3) One of the worst aspects of depression is that it takes the joy out of things you normally love, in other words, it nukes your happy place.
    I can tell you from personal experience (which I didn't want to admit to in my earlier post) and a lot of research online that those side effects are VERY common.

    Yes, everyone should be properly diagnosed by a professional, and I realize that I forgot to state that in my post. The problem is that most professionals are going to be quick to write you a prescription, and its up to the patient to say no. Most people are going to trust the doctor and take the script.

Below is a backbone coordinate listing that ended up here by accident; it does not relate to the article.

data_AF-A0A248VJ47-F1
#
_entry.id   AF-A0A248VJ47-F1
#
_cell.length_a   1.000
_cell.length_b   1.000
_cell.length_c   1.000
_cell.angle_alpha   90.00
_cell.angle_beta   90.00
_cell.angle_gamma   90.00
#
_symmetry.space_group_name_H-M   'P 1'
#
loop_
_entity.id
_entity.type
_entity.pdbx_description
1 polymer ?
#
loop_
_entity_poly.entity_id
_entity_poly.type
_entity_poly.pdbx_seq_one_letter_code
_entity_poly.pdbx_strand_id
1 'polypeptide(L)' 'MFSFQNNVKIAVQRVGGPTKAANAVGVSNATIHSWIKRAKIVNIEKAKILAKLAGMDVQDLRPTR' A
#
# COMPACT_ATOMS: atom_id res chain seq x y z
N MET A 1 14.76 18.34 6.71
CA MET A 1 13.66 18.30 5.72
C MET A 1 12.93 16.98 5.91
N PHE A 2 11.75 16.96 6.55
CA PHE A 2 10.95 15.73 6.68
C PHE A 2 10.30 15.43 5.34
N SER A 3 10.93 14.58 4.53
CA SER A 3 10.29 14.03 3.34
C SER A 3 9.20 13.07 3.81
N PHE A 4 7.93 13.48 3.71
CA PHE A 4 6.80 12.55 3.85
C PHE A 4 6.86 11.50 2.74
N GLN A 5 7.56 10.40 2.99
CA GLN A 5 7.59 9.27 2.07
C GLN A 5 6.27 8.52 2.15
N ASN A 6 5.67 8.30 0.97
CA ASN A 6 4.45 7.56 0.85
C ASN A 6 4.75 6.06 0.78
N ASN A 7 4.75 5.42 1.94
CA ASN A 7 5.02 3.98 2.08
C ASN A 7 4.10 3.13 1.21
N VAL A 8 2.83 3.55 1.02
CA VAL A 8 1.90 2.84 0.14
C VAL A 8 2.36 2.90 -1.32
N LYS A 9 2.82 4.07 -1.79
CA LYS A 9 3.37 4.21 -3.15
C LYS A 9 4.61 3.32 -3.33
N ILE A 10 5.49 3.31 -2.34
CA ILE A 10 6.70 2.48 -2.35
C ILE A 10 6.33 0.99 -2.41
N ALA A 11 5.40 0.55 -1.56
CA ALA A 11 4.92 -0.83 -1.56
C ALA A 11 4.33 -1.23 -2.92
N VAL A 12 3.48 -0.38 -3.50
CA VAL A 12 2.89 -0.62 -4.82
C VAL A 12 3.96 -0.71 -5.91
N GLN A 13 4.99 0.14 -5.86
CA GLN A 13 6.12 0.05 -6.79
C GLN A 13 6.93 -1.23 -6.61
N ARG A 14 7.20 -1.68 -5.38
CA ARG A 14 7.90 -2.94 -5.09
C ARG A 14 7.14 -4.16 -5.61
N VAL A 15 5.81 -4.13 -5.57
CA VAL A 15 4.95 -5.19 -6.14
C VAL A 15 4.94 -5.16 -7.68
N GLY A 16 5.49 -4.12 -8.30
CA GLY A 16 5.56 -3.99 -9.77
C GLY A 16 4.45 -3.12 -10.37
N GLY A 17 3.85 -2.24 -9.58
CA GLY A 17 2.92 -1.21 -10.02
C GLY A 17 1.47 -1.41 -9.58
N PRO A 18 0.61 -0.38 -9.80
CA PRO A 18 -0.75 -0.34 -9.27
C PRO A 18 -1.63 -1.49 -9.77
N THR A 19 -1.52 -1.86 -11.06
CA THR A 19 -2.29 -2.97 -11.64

On points 1 through 3 lets use some common sense:

    1) If I say often it IS possible, I couldn't prove that just like you can't prove it isn't often possible. Are you telling us that most people don't have a clue that they are depressed because of their job, marriage, money, etc.?
    2) It may not be a miracle cure, but it has been proven to be successful in treating 70% of cases AND its not some toxic drug with side effects, AND its actually good for you.
    Exercise for depression is so successful that in the UK the doctor may write a prescription for exercise. In fact, studies have shown that exercise produces a "substantial improvement" within six weeks, that its effect size is "large," and that 70% of all depressed patients respond to an exercise program. "These success rates are quite remarkable," German investigators wrote in 2008. Anatomy of an Epidemic - Wikipedia, the free encyclopedia